Spring Awakening review at Hope Mill Theatre, Manchester – ‘a vital revival’
When it first sprang up on Broadway 12 years ago, Duncan Sheik and Steven Sater’s angst-ridden, hormone-drenched rock musical about repressed 19th Century German teenagers quickly became a phenomenon, hoovering up awards and giving the form a jolt in the arm that remained unmatched until Hamilton got its shot in 2015.
Hope Mill’s savvy revival taps into its appeal perfectly. Luke Sheppard’s fluidly coordinated, persuasive production, which fits Gabriella Slade’s sumptuously realised, stiflingly oppressive classroom set like a glove and is enlivened by clever lighting touches by Nic Farman, won’t disappoint Spring Awakening’s ardent fans.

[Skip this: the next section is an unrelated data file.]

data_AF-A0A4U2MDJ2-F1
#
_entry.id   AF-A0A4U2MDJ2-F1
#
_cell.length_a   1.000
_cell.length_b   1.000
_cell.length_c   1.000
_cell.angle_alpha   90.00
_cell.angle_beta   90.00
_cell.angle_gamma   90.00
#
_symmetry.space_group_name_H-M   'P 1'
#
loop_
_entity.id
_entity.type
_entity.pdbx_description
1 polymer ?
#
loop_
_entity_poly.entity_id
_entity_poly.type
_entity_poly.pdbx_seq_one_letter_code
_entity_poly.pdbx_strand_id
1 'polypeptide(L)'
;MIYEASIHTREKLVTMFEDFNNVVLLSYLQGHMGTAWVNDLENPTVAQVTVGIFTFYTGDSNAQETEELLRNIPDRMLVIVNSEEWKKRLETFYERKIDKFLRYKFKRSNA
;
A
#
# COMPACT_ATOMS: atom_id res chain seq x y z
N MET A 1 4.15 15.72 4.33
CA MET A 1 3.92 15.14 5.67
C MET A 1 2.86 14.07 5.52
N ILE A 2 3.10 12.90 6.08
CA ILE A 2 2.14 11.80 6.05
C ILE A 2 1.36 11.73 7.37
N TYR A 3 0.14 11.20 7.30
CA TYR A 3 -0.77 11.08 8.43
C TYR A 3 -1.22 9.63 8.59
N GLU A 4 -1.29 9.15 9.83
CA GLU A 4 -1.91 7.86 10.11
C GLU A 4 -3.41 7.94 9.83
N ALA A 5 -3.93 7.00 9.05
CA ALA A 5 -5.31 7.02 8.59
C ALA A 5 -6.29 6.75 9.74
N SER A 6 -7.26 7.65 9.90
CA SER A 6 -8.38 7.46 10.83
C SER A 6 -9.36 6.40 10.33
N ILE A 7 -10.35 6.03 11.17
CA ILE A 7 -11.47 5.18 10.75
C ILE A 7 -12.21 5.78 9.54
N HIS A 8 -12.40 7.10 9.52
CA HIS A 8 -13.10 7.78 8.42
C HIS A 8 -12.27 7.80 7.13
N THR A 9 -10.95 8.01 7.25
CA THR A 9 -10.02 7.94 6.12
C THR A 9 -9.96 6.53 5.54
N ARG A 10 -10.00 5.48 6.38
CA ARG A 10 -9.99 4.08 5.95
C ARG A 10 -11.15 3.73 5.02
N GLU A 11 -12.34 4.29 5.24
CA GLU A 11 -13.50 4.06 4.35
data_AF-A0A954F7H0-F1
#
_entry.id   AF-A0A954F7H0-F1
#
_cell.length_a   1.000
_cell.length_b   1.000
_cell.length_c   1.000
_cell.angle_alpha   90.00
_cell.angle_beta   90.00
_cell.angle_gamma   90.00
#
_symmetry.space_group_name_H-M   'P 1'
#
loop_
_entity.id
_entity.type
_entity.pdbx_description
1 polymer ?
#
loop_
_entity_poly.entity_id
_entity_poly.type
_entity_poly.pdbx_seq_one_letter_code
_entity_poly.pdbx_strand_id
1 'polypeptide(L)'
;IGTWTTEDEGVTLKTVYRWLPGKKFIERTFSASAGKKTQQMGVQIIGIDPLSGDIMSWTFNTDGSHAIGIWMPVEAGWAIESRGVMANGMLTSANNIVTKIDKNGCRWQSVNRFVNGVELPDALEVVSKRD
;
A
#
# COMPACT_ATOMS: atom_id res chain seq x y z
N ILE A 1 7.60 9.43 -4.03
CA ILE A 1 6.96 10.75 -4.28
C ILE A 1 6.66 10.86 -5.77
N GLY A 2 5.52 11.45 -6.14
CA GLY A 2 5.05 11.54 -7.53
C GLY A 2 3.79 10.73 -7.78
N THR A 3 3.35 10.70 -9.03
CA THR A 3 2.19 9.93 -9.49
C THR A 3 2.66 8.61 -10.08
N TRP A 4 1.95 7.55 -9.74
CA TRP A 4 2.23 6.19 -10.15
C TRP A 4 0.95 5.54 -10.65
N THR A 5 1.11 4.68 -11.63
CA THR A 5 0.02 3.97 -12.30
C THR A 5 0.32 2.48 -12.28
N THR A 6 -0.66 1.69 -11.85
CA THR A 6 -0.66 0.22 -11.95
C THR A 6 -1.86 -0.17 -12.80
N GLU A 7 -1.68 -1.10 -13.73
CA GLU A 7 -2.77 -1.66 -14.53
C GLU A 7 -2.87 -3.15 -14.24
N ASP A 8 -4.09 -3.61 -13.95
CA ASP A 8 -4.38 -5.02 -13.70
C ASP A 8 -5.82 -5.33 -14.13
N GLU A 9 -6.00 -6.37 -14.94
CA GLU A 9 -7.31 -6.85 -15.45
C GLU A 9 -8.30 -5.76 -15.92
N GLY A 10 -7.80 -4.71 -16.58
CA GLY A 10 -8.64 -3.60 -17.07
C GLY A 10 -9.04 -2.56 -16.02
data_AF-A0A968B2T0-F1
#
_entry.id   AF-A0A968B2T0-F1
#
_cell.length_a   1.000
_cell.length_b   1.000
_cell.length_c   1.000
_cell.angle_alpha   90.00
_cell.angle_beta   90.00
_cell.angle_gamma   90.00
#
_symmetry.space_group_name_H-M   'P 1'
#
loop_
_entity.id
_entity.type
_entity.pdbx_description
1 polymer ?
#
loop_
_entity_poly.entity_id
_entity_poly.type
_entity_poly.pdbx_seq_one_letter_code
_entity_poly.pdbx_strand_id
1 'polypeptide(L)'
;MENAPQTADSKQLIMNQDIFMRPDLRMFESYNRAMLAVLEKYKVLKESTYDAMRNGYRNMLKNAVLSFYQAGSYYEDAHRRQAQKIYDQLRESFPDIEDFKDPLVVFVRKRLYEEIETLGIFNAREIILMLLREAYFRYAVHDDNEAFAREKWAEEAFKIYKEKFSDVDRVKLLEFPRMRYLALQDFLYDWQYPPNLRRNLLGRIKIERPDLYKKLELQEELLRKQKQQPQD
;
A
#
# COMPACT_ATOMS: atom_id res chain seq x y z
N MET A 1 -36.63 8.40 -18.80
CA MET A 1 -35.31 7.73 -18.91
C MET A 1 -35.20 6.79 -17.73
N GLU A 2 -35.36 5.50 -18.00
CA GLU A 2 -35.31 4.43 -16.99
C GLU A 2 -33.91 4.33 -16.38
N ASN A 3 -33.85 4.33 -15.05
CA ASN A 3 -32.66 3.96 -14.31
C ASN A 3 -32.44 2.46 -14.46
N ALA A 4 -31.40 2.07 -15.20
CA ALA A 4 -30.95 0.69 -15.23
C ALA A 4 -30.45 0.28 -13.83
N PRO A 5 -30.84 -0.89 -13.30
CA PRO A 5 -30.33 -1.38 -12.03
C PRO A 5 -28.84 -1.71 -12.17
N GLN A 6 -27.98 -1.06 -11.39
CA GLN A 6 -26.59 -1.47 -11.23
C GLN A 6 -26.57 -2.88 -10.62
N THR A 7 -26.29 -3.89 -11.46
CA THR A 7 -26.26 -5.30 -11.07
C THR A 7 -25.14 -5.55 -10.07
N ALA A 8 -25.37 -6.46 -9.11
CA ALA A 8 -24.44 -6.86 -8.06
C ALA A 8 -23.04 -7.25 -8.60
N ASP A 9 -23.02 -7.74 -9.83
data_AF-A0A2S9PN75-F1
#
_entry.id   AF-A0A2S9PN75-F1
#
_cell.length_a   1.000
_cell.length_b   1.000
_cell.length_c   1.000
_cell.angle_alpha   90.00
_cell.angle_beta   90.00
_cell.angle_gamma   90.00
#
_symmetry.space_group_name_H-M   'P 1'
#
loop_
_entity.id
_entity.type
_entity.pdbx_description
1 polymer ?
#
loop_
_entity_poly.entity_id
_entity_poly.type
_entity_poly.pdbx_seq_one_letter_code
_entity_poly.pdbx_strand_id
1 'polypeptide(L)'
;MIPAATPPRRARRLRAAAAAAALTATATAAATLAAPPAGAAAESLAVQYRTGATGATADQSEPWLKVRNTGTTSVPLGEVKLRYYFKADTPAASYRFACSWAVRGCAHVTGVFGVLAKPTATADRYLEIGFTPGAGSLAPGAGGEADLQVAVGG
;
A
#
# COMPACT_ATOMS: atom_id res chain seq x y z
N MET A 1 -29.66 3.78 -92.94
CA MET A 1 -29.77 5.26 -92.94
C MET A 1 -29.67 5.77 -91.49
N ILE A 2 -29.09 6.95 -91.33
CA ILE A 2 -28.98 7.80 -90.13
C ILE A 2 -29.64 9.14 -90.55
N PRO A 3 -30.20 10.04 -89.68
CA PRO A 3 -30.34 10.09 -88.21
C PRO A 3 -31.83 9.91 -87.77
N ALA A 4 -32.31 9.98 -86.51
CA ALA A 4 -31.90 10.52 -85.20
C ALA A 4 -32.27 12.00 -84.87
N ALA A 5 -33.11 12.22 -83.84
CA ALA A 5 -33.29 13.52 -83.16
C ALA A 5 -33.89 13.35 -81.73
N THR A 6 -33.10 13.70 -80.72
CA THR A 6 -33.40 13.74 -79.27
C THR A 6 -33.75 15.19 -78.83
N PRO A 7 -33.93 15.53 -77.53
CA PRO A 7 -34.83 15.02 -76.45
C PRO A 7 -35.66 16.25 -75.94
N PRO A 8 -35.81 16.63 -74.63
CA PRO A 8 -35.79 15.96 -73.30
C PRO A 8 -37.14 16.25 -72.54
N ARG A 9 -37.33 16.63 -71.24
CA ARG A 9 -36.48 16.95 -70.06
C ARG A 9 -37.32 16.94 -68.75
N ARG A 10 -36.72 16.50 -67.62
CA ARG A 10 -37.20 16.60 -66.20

Many of the cast are making their stage debuts and their inexperience is detectable in early ensemble sections that – despite Tom Jackson Greaves’ distinctive choreography – are not quite as polished as they could be. But this is more than made up for by the zeal with which they attack their roles and the vitality that infuses the proceedings.
Gareth Bretherton’s unseen eight-piece band add muscle and – when required – delicacy to Sheik and Sater’s MOR folk-infused rock songs, with The Dark I Know Well, an angry scream of protest sung brilliantly by Seyi Omooba and Teleri Hughes as the abused Martha and Ilse, standing out in an Act I that lacks memorable tunes.
And despite the best efforts of the leads, it is the tragic trajectory of poor, doomed Moritz (convincingly played by Jabez Sykes) that provides the dramatic backbone, hammering home original playwright Frank Wedekind’s warnings about how we treat our young, a message still more powerful than 20 Twilights.